The Wireless FiOS Home Internet Bait and Switch — Deceptive Advertised Speeds & Wireless Unreliability.

Bruce Kushnick
7 min readJul 31, 2023


The chart above shows the average speeds for the fiber optic and wireless versions of Verizon’s 300/300 Mbps FiOS Home Internet services, based on Verizon’s own network performance data. We will come back to this in a moment.


The chart below shows the pricing of what Verizon calls “FiOS Home Internet,” from the Verizon website, (July 27, 2023). The $24.99/month plan advertises speeds of 300 Mbps download and 300 Mbps upload. The fine print conditions this price on the customer buying a second, hidden 5G wireless service, which is not mentioned in the advertisements, which can add an additional $70-$90 a month. The $25 price can never be obtained without this added service, or the alternative — the price goes to $50.00 if the customer doesn’t have the mobile 5G service.

But, this $24.99 offer is not the wired fiber optic FiOS service, which has been around for decades, but a wireless impostor. The company is deceptively passing off an inferior wireless service as FiOS. It is attaching the FiOS label to a “fixed wireless antenna” service, “FWA”. And, unlike “mobile” wireless, where you take your cell phone with you, the term ‘fixed’ means that service remains in the one location.

The rest of this story will examine how the FWA product is a seriously flawed product when it comes to the basics. FiOS is a wired, fiber optic service to the home that can deliver high speeds in both directions, known as “symmetrical” service, while the information on the Verizon site indicates that the FWA 5G products are “asymmetrical” meaning that the upload speed is a fraction of the download speed.

This also brings up the question — Are the advertisements and this wireless FiOS service deceptive?

The Basics

Since 2004, Verizon announced and started to offer, in select areas, a wireline fiber optic to the home (“FTTH” or fiber to the premises, “FTTP”) service that offers broadband-internet, cable TV, and phone service, which has been sold under the brand name “FiOS”.

Techterm gives this definition of FiOS:

“FiOS stands for ‘Fiber Optic Service.’ Fios is a telecommunications network owned by Verizon that uses fiber optic cables to transfer data. It is considered a ‘Fiber to the Premises,’ or ‘FTTP’ service, since it brings fiber optic data transmission to residential homes as well as businesses”.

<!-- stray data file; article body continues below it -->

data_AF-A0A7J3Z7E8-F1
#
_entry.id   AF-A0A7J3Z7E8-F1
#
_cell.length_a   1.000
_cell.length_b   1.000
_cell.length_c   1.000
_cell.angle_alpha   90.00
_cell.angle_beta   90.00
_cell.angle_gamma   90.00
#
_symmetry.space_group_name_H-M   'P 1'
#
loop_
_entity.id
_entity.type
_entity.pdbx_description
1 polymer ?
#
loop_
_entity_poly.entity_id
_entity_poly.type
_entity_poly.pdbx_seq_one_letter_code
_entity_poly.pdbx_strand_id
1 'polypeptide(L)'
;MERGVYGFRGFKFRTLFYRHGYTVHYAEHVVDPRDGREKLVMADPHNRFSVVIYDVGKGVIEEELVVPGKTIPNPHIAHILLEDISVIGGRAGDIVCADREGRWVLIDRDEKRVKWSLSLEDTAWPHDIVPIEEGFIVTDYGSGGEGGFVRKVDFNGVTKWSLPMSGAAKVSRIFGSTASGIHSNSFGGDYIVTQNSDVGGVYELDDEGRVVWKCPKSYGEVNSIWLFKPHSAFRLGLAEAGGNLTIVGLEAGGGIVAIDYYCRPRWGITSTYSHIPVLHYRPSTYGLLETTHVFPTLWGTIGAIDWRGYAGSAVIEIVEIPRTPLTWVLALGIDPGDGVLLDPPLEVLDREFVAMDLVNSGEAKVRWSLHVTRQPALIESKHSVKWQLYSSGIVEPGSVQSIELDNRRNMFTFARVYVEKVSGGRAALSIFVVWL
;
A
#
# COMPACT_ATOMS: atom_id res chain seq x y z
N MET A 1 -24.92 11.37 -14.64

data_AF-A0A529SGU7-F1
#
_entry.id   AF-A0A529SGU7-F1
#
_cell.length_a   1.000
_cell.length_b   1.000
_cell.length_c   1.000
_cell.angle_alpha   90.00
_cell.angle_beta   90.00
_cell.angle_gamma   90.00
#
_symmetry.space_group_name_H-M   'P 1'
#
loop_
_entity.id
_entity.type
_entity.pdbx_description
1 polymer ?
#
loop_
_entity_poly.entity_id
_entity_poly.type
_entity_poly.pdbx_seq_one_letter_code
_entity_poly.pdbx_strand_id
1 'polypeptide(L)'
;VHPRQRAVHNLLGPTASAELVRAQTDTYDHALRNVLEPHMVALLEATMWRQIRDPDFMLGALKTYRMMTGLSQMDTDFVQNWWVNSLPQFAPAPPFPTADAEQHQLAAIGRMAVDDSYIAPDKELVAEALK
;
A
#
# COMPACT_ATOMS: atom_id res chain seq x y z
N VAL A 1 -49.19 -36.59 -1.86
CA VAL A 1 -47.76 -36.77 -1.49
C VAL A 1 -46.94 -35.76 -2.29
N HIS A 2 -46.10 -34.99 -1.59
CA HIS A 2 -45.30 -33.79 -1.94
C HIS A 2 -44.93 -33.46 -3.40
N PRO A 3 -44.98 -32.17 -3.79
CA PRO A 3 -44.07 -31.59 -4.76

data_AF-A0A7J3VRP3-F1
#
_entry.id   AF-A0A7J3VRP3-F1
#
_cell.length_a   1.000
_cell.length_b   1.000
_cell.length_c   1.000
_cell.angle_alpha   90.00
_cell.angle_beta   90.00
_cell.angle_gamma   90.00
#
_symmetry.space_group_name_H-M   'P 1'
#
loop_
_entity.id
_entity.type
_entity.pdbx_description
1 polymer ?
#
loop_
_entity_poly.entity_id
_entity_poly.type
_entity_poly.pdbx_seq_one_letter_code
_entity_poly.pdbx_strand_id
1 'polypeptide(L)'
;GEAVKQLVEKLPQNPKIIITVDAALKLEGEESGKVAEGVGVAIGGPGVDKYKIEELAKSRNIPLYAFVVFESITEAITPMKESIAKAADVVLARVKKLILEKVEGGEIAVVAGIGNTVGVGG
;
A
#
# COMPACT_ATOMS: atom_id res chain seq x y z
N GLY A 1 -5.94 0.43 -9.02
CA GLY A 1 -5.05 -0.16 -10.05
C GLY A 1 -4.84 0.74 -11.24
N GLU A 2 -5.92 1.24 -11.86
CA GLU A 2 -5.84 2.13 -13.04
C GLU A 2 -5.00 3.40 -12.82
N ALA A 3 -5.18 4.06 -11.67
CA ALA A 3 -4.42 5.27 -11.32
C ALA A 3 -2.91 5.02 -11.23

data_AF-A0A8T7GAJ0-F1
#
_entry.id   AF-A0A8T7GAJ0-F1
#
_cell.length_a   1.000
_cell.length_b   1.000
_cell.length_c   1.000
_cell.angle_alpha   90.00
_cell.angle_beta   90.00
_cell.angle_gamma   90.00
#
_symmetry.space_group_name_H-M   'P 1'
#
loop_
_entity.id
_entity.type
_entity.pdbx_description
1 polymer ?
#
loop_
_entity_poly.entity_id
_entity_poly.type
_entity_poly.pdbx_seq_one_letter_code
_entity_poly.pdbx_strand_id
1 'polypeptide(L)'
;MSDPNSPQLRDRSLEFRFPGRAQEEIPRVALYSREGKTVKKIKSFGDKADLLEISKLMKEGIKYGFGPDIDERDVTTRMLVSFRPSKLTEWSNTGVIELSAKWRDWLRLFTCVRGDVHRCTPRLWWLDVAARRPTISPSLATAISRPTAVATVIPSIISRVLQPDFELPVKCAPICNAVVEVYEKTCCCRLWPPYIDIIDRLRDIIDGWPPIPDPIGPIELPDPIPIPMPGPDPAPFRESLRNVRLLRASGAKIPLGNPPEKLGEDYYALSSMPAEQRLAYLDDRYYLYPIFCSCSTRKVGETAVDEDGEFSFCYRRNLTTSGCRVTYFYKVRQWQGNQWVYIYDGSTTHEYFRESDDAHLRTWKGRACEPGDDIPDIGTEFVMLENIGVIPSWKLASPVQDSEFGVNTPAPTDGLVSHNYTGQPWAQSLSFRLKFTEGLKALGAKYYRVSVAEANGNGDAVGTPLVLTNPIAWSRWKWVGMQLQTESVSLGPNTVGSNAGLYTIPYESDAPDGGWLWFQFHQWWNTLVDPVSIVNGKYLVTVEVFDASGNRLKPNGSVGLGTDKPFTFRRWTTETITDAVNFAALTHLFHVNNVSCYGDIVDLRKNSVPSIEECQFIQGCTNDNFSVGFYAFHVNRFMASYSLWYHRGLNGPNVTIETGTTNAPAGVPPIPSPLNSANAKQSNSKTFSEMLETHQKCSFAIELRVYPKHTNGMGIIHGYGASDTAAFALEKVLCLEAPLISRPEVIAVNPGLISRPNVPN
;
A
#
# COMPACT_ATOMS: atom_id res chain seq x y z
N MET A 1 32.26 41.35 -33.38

Around 2010 Verizon announced it was ending its deployment of fiber to the home with few exceptions. And unknown to most, Verizon then started to use the existing state telecommunications public utility construction budgets that had been allocated to fund the replacement of the copper wires with fiber optics, to build out their 3G and 4G wireless mobile networks, with the kicker — wired phone customers had rate increases for the fiber to the home build outs in New York and other states, and they were not halted when this diversion of the construction funds to wireless occurred.

Verizon’s FWA Wireless FiOS Bait and Switch

Over the last 2+ years, Verizon started to offer fixed wireless and it is now appropriating the FiOS name in its marketing and not even mentioning these are based on wireless, not a wired broadband service.

In one commercial, Verizon encourages you to cut the cable, and lower your bill to only $25 a month. And it never mentions a host of caveats, such as this is not really FiOS wireline service but a wireless service.

As we discussed in a previous analysis using another Verizon advertisement, a) they claim that these wireless services are “100% fiber optic networks”, — which is impossible since there is a wireless antenna in the home and the signal travels through the air wirelessly, and it can be 500–2000 feet or more before being picked up by a wireless cell site. The only fiber optic wires involved are those that connect Verizon’s cell sites and switching centers. Moreover, in order to get the $25 price, the customer must purchase a 5G mobile wireless smartphone service — adding $70–90 a month or pay $50.00 with autopay.